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Applicant’s Credibility is a Factor in Determining to Grant Permit For Livestock Facility Expansion


Image of poultry houses by Livestock & Poultry Environmental Learning Center
Image of poultry houses by Livestock & Poultry Environmental Learning Center

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A recent Wisconsin decision highlights an issue many producers should consider when seeking permits from towns, counties, or state governments. These permitting authorities will often be allowed to assess the application's credibility. A factor that might be considered in the application's credibility could be compliance history and the ability to comply with requests from the permitting authority. This decision is in the Town of Ledgeview v. Livestock Facility Siting Rev. Board.


Background


Ledgeview Farms is a multi-generational family-operated agricultural operation in Wisconsin. The Farm sought to expand an existing livestock facility from 2017 to 2019 by filing three applications. At issue is the second application. In this application with the town for a permit, the Farm wanted to increase the number of livestock, build a new waste storage facility, expand the feed storage area, construct a new feed storage area, and construct a yard runoff transfer system. Worksheet 5 dealt with runoff management in the application required in the Livestock Facility Siting Law (Siting Law). Worksheet 5 states that the farm “agrees to manage feed storage to prevent a significant discharge of leachate or polluted runoff to waters of the state.”


During the review process for the second application, the Town let the Farm know that they intended to have zoning officials inspect the Farm to assess and verify the information in the application. However, the Farm refused to allow any inspection even when the officials showed up with an inspection warrant. Therefore, in February 2019, the Town considered the Farm’s second application complete and moved forward with the application.


The Town denied the application on multiple grounds. In the written decision, the Town highlighted the Farm’s history of compliance violations with the state’s Department of Natural Resources (DNR) and EPA, with enforcement actions against the Farm. In addition, the Farm had constructively withdrawn the application when it refused to allow the Town to inspect the Farm. This refusal degraded the Farm’s credibility regarding compliance with runoff management.


The Farm appealed this decision to the Livestock Facility Siting Review Board. The Board upheld the Town’s denial because it related to the credibility of the Farm related to past violations and the refusal to allow inspection. Both the Farm and Town sought judicial review in Circuit Court. The Circuit Court ultimately upheld the Board’s decision. The Farm then appealed to the Court of Appeals of Wisconsin.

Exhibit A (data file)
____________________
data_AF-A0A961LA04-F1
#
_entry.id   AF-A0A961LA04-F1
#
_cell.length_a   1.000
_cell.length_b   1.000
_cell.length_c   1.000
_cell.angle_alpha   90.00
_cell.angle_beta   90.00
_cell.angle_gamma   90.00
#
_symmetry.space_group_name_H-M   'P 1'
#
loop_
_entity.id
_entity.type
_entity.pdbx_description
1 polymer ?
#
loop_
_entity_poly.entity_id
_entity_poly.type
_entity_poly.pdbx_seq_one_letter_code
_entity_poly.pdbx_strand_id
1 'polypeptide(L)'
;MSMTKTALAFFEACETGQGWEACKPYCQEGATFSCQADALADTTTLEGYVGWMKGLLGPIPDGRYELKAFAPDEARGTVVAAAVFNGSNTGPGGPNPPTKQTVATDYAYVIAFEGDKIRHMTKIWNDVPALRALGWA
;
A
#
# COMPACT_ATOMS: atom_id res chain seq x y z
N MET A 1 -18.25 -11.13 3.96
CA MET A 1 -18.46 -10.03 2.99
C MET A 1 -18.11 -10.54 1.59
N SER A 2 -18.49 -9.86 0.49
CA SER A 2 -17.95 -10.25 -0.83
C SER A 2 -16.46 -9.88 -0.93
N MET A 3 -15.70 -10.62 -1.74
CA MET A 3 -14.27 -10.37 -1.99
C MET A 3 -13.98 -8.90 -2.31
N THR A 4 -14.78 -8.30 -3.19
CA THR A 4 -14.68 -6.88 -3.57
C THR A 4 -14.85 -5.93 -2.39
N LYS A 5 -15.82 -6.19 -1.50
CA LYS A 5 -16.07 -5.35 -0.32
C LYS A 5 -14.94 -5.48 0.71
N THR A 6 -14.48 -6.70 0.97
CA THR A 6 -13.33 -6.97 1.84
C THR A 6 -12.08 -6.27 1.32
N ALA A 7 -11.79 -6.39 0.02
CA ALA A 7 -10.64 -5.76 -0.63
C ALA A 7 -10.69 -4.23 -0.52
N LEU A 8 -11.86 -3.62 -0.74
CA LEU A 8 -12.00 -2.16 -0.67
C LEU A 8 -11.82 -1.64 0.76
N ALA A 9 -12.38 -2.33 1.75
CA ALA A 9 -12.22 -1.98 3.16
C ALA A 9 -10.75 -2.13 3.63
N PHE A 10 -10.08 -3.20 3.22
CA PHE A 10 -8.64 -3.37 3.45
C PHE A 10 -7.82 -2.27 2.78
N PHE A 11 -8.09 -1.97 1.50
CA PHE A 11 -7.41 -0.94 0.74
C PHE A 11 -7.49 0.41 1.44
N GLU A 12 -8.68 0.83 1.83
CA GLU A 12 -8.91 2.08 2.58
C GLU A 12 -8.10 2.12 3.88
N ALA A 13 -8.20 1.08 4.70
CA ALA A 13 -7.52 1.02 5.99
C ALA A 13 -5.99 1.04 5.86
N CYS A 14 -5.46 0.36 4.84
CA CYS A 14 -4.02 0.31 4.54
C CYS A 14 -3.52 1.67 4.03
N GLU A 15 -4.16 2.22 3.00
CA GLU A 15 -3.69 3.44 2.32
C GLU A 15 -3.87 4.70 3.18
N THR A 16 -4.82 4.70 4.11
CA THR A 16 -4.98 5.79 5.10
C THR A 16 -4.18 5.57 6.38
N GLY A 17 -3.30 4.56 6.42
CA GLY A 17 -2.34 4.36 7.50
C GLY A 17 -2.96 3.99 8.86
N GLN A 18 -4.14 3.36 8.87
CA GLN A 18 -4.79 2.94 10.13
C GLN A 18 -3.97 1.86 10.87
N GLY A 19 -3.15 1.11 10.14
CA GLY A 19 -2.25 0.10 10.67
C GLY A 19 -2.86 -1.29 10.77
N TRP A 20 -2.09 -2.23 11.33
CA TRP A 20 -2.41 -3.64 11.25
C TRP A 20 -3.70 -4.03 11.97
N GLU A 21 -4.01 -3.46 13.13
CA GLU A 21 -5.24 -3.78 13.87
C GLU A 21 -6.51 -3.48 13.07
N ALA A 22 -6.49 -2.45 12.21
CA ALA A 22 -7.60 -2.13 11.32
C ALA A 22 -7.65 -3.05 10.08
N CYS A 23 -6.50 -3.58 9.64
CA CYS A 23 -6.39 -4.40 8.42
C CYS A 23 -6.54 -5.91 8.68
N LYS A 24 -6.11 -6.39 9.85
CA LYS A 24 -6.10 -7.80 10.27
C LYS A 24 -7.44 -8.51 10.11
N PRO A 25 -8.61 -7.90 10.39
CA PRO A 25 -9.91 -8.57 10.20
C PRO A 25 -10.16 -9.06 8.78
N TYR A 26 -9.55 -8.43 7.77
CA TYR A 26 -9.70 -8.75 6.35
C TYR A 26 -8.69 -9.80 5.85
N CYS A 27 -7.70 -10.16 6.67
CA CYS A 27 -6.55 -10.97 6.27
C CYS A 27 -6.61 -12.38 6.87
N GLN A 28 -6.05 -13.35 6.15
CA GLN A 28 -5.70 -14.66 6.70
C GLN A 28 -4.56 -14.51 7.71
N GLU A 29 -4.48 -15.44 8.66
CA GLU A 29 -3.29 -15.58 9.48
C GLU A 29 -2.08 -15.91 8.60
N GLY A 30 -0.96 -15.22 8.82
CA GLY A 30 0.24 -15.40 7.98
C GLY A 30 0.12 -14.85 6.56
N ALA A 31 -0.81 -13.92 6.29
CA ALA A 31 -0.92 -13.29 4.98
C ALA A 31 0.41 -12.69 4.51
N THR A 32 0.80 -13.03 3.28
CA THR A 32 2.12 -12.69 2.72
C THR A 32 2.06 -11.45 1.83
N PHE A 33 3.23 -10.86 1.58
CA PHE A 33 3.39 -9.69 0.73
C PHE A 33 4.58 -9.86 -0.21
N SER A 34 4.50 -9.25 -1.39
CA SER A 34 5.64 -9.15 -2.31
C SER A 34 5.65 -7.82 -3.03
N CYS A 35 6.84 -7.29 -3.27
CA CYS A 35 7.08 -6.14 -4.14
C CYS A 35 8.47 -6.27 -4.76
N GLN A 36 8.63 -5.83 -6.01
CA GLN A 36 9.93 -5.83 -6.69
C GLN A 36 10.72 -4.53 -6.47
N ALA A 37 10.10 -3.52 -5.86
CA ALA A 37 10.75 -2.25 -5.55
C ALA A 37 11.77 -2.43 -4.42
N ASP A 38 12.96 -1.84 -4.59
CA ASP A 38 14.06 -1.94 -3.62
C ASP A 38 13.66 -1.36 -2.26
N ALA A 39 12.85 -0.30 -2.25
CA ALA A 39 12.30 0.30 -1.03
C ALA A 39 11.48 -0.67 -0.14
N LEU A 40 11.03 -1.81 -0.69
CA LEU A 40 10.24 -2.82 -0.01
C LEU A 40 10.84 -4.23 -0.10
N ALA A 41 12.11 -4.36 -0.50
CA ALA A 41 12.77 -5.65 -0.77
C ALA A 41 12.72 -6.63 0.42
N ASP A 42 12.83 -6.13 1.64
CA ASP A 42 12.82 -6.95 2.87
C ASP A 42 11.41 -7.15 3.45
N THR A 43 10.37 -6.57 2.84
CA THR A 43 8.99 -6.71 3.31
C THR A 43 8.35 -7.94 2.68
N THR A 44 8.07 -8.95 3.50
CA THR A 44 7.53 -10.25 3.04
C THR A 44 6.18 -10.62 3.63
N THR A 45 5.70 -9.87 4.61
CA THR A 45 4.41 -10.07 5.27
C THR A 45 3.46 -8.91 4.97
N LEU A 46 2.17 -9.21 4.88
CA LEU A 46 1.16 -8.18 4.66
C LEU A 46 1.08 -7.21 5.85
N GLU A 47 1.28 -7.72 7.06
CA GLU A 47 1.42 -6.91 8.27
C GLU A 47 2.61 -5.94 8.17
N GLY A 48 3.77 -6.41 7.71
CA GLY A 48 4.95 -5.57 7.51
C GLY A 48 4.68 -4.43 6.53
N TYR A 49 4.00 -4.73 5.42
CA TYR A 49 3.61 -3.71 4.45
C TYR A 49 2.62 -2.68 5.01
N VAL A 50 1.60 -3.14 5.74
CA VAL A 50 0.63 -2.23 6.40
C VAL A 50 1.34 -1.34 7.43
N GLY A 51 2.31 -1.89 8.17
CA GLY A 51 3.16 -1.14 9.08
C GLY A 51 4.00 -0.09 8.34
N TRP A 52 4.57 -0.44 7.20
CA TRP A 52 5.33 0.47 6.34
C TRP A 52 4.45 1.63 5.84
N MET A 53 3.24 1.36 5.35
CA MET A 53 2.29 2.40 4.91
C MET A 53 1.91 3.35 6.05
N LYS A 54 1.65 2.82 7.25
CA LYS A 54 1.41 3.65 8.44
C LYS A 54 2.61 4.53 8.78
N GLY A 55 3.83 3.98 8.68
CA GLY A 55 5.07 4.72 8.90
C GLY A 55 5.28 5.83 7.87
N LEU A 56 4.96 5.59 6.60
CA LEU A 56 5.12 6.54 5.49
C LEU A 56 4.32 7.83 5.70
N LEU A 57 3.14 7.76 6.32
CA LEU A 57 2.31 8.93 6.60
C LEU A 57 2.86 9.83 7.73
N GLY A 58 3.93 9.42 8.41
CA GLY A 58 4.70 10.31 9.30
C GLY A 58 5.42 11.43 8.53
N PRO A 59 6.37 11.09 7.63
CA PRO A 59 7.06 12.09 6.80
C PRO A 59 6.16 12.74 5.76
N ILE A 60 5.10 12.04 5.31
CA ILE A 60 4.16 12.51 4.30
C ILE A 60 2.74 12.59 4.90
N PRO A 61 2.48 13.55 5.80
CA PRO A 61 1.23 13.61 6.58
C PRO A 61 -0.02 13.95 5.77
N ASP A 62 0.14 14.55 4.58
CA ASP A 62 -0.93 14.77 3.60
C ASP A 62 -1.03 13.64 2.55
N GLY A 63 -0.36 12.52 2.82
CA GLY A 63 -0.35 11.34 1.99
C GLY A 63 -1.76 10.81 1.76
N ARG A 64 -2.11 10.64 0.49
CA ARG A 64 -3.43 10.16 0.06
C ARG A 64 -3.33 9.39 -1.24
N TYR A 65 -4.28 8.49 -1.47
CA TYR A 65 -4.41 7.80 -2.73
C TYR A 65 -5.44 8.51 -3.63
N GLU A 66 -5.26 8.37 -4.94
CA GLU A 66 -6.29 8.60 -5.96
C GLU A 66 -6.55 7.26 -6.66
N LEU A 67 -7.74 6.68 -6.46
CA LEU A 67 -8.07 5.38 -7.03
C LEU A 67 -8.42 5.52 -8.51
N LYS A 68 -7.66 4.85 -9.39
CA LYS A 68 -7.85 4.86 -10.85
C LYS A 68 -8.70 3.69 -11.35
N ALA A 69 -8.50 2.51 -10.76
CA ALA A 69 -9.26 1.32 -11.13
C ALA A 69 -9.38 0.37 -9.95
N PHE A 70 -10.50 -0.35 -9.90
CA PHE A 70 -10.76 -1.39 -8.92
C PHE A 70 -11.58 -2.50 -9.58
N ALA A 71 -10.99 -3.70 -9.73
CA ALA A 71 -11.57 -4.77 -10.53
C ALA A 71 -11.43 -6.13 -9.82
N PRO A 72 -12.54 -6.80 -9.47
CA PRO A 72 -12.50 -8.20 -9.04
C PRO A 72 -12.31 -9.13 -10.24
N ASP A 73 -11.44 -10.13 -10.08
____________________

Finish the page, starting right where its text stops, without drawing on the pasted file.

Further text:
Court Decision



Image of cattle in a field by Chesapeake Bay Program
Image of cattle in a field by Chesapeake Bay Program

On appeal, the Farm points to the only Supreme Court of Wisconsin decision addressing the Siting Law. The Farm argues that this decision takes away a political subdivision (such as a town) power to disapprove of a livestock facility unless it falls into the eight narrow exceptions in the Siting Law. The court disagrees with this argument. To the court, the prior decision did not address the issue before the court, and the court had to look at a different part of the Siting Law. In this case, the court needs to determine under what circumstances a political subdivision can deny a permit application for failure to comply with the provisions in the Siting Law.


At issue on appeal is Wisconsin Statute Annotated § 93.90(4)(d) of the Siting Law. This provision requires an applicant to comply with the rules promulgated for implementing the Siting Law. At the same time, an applicant must provide information and documentation showing the application complies with all applicable requirements for approval. The applicant would need to meet both criteria to adhere to the law. The law also allows a political subdivision to deny an application when clear and convincing evidence on the record establishes that the application does not meet the requirements.


On review, the court looks at the Board’s affirming the Town’s denial based on the Farm's failure to provide credible information required in the rules implementing the Siting Law. The Board concluded that Worksheet 5 was not credible based on multiple violations related to manure runoff, noncompliance with DNR runoff requirements, and a failure to allow the Town to inspect its current facilities. This evidence provided clear and convincing evidence to document violations in the application record. For those reasons, the Board’s decision was affirmed.


Why Care?


The Farm may potentially appeal this decision to the state supreme court, and we will have to wait to see what happens. However, this decision highlights an important issue that might arise as operations look at applying for new permits for new facilities or permits to expand existing facilities. State laws can often allow agencies to consider an applicant’s history, which can impact an applicant’s credibility to follow the existing laws.


References

Town of Ledgeview v. Livestock Facility Siting Rev. Bd., No. 2021AP240, 2022 WL 17332636 (Wis. Ct. App. Nov. 30, 2022).

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